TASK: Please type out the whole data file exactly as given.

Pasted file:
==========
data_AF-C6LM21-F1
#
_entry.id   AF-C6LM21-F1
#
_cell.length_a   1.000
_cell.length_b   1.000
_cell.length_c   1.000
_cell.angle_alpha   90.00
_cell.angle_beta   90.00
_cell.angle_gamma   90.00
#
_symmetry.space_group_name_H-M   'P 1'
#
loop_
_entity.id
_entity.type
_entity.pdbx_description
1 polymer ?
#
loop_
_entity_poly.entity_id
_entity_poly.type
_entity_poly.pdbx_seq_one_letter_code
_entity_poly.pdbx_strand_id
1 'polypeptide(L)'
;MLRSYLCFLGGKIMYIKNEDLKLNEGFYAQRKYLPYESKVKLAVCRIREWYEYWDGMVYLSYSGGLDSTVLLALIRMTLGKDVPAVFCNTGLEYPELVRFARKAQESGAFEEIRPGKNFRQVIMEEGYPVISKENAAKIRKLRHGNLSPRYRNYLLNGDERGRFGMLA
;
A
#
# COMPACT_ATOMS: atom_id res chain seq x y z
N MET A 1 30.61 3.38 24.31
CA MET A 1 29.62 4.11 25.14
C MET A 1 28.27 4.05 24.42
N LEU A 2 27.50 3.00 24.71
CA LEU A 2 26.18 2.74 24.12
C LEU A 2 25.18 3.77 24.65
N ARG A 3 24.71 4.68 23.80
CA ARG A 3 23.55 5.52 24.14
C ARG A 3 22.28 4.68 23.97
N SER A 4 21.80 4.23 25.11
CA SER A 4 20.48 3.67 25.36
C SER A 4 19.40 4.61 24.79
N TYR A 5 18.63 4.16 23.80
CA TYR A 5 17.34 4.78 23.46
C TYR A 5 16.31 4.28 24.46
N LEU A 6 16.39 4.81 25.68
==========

data_AF-C6LM21-F1
#
_entry.id   AF-C6LM21-F1
#
_cell.length_a   1.000
_cell.length_b   1.000
_cell.length_c   1.000
_cell.angle_alpha   90.00
_cell.angle_beta   90.00
_cell.angle_gamma   90.00
#
_symmetry.space_group_name_H-M   'P 1'
#
loop_
_entity.id
_entity.type
_entity.pdbx_description
1 polymer ?
#
loop_
_entity_poly.entity_id
_entity_poly.type
_entity_poly.pdbx_seq_one_letter_code
_entity_poly.pdbx_strand_id
1 'polypeptide(L)'
;MLRSYLCFLGGKIMYIKNEDLKLNEGFYAQRKYLPYESKVKLAVCRIREWYEYWDGMVYLSYSGGLDSTVLLALIRMTLGKDVPAVFCNTGLEYPELVRFARKAQESGAFEEIRPGKNFRQVIMEEGYPVISKENAAKIRKLRHGNLSPRYRNYLLNGDERGRFGMLA
;
A
#
# COMPACT_ATOMS: atom_id res chain seq x y z
N MET A 1 30.61 3.38 24.31
CA MET A 1 29.62 4.11 25.14
C MET A 1 28.27 4.05 24.42
N LEU A 2 27.50 3.00 24.71
CA LEU A 2 26.18 2.74 24.12
C LEU A 2 25.18 3.77 24.65
N ARG A 3 24.71 4.68 23.80
CA ARG A 3 23.55 5.52 24.14
C ARG A 3 22.28 4.68 23.97
N SER A 4 21.80 4.23 25.11
CA SER A 4 20.48 3.67 25.36
C SER A 4 19.40 4.61 24.79
N TYR A 5 18.63 4.16 23.80
CA TYR A 5 17.34 4.78 23.46
C TYR A 5 16.31 4.28 24.46
N LEU A 6 16.39 4.81 25.68